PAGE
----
The one year anniversary of Obamacare took place this week…excuse me- I’m supposed to refer to it as the “Affordable Care Act,” even though the law has made health care even less affordable.
That being said, you would think that after one year the law would be a little more popular. Judging by the latest polls, public opinion has turned even more sour.
Despite the clear lack of support for the federal health care law, Sen. Jon Tester (D-MT), facing a tough re-election fight in 2012, continues to defend tha law and his vote in support of it. Judging by his latest defense of the law, you would think he is pretty proud of the legislation. Apparently not. Check out his latest squabble with the National Republican Senatorial Committee, as reported by Politico.
Here’s a line Democratic Sen. Jon Tester can expect to hear a lot from Republicans over the next year and a half: He was “the 60th vote” for the health care law.
Tester’s office was ready, though. His aides e-mailed the video of the Senate roll call vote in December 2009 — which clearly shows Tester casting the 52nd vote.
If this health care bill were such a good law, you would think the Senator would be proud of the fact that without his one seat in the US Senate, the health care bill would not be the law of the land today. It’s an interesting dance that Tester is attempting to two-step here; defend the law, while at the same time trying to distance himself from the law.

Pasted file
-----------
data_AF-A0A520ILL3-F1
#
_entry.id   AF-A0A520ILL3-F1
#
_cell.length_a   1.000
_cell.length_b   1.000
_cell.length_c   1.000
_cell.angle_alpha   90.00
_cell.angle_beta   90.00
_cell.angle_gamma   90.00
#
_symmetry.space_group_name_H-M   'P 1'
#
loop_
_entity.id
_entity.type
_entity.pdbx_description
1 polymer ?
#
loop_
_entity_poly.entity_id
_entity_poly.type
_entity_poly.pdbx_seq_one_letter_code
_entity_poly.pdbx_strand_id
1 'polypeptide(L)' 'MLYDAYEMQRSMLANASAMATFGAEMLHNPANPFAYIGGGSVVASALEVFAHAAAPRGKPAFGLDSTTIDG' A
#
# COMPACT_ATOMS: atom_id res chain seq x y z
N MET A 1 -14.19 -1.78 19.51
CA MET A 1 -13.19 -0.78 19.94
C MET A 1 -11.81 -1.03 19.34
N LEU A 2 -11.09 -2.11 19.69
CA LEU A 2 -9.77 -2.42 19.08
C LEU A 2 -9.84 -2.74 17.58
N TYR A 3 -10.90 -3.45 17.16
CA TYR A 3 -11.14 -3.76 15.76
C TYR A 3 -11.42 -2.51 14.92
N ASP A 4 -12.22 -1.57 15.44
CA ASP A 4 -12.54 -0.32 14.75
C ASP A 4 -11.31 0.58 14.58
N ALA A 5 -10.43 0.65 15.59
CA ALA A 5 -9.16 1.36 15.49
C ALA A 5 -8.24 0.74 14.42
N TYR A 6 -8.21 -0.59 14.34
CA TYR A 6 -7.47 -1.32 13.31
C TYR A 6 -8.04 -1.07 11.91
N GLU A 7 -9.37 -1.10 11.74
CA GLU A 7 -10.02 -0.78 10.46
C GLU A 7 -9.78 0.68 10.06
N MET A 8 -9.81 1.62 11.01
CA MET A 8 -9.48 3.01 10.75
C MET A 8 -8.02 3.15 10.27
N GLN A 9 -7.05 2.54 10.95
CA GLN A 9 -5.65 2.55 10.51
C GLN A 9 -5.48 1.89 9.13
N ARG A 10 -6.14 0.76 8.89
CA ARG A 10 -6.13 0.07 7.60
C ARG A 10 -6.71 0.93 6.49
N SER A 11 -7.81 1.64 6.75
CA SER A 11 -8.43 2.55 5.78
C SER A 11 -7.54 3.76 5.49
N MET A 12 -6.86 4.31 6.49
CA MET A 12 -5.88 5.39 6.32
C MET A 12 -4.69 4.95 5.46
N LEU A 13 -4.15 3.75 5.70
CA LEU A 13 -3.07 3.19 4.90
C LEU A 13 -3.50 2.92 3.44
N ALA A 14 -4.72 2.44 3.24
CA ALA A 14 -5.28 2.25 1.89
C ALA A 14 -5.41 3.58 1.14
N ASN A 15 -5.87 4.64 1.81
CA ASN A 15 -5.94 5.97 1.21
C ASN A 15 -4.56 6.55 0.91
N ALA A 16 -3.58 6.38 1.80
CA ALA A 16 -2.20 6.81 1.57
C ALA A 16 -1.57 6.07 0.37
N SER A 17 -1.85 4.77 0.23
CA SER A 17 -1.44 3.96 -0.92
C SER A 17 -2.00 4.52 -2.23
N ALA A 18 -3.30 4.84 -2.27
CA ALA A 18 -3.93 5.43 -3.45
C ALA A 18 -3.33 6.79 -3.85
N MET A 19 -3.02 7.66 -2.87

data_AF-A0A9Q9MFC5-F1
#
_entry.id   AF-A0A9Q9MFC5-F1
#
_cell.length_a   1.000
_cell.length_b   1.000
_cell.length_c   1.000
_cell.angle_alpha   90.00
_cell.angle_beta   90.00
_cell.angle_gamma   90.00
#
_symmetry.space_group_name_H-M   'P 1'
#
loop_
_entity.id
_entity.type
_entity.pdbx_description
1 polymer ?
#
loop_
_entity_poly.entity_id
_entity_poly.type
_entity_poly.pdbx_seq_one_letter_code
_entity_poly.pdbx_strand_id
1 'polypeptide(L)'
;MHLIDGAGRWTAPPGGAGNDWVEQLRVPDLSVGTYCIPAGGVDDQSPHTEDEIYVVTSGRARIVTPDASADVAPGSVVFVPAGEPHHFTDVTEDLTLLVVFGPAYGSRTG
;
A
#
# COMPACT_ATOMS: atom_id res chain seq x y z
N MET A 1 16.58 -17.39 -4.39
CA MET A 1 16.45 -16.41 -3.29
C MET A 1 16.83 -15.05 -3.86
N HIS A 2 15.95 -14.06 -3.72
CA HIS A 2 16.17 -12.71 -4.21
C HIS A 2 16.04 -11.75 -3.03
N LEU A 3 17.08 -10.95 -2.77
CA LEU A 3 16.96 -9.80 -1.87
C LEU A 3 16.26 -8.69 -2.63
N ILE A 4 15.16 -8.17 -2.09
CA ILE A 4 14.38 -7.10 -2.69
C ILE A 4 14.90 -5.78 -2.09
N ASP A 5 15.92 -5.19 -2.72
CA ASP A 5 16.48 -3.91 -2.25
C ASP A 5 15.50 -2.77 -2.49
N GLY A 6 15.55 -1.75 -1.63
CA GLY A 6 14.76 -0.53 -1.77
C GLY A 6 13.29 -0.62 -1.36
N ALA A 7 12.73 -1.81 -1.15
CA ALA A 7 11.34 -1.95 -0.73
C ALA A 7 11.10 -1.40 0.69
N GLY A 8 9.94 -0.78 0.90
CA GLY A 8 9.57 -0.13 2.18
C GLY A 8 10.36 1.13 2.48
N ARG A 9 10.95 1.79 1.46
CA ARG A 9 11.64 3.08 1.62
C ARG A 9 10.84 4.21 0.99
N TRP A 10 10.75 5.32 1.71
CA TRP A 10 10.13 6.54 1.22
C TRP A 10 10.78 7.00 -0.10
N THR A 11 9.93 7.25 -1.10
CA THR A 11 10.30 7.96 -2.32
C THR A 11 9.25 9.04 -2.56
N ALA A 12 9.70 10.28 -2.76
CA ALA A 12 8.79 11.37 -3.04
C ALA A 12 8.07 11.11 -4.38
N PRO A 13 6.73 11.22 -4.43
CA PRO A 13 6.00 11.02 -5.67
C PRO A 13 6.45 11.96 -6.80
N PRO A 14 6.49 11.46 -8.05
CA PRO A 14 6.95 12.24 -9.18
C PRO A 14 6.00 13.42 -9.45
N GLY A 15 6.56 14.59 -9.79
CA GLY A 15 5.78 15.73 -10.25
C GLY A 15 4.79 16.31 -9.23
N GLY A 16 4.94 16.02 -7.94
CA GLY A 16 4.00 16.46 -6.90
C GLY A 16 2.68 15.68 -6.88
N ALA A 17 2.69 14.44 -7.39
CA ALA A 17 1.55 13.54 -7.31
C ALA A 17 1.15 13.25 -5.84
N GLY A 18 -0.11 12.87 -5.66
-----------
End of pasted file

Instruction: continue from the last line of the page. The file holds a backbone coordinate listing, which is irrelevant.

Meanwhile, Sen. Max Baucus (D-MT), the lead author of the federal health care bill says Americans no longer have a choice with regard to the health care law. Click below to watch the video.
All this, as another Obamacare supporter, Rep. Anthony Weiner (D-NY) is seeking a waiver so that the entire metropolis of New York City won’t have to suffer from the realities of the federal health care law. Which got me thinking: what if we just get the entire state of Montana a waiver from Senator Tester and Senator Baucus’ health care bill?
As an update, Ed Morrissey at HotAir.com is also picking up on Senator Tester’s hilarious response, with the headline “Tester: Hey, I was only the 52nd vote for ObamaCare!”
But in truth, every Democrat in the Senate was the 60th and deciding vote. Had one of them decided not to vote for cloture, the bill would have died on the floor of the Senate, and Barack Obama would have had to work with Republicans for actual reform in health-care finances. Whether that vote got cast as the 52nd vote, the 14th vote, the first or the last, each and every Democrat in the Senate had the personal and individual opportunity to stop ObamaCare.